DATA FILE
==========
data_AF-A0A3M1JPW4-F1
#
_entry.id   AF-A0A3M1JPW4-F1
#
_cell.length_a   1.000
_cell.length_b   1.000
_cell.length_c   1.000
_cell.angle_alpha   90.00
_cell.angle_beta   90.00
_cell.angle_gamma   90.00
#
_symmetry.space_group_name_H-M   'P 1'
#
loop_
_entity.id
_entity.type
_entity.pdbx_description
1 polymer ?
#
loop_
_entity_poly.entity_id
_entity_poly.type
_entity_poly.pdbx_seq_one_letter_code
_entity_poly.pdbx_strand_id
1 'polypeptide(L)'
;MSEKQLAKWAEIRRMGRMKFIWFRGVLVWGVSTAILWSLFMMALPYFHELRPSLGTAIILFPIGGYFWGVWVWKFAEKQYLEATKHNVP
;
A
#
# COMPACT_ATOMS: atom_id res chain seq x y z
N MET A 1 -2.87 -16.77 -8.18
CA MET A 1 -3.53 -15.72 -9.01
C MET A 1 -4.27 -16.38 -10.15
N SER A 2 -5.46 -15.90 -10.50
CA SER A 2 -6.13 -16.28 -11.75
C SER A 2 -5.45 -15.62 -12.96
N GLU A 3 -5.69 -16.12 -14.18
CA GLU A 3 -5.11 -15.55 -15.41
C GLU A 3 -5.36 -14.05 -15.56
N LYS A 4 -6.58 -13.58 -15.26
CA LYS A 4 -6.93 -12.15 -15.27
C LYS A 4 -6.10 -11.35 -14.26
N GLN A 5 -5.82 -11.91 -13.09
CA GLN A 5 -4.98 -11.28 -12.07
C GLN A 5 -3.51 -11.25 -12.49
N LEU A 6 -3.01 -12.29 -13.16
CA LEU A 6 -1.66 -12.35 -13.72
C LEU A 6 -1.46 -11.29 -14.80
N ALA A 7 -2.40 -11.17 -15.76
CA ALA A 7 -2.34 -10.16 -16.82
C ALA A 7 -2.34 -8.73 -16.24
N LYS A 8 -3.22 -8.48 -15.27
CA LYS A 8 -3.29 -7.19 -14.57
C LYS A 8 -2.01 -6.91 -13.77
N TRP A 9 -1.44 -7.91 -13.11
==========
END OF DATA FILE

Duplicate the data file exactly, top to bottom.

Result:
data_AF-A0A3M1JPW4-F1
#
_entry.id   AF-A0A3M1JPW4-F1
#
_cell.length_a   1.000
_cell.length_b   1.000
_cell.length_c   1.000
_cell.angle_alpha   90.00
_cell.angle_beta   90.00
_cell.angle_gamma   90.00
#
_symmetry.space_group_name_H-M   'P 1'
#
loop_
_entity.id
_entity.type
_entity.pdbx_description
1 polymer ?
#
loop_
_entity_poly.entity_id
_entity_poly.type
_entity_poly.pdbx_seq_one_letter_code
_entity_poly.pdbx_strand_id
1 'polypeptide(L)'
;MSEKQLAKWAEIRRMGRMKFIWFRGVLVWGVSTAILWSLFMMALPYFHELRPSLGTAIILFPIGGYFWGVWVWKFAEKQYLEATKHNVP
;
A
#
# COMPACT_ATOMS: atom_id res chain seq x y z
N MET A 1 -2.87 -16.77 -8.18
CA MET A 1 -3.53 -15.72 -9.01
C MET A 1 -4.27 -16.38 -10.15
N SER A 2 -5.46 -15.90 -10.50
CA SER A 2 -6.13 -16.28 -11.75
C SER A 2 -5.45 -15.62 -12.96
N GLU A 3 -5.69 -16.12 -14.18
CA GLU A 3 -5.11 -15.55 -15.41
C GLU A 3 -5.36 -14.05 -15.56
N LYS A 4 -6.58 -13.58 -15.26
CA LYS A 4 -6.93 -12.15 -15.27
C LYS A 4 -6.10 -11.35 -14.26
N GLN A 5 -5.82 -11.91 -13.09
CA GLN A 5 -4.98 -11.28 -12.07
C GLN A 5 -3.51 -11.25 -12.49
N LEU A 6 -3.01 -12.29 -13.16
CA LEU A 6 -1.66 -12.35 -13.72
C LEU A 6 -1.46 -11.29 -14.80
N ALA A 7 -2.40 -11.17 -15.76
CA ALA A 7 -2.34 -10.16 -16.82
C ALA A 7 -2.34 -8.73 -16.24
N LYS A 8 -3.22 -8.48 -15.27
CA LYS A 8 -3.29 -7.19 -14.57
C LYS A 8 -2.01 -6.91 -13.77
N TRP A 9 -1.44 -7.91 -13.11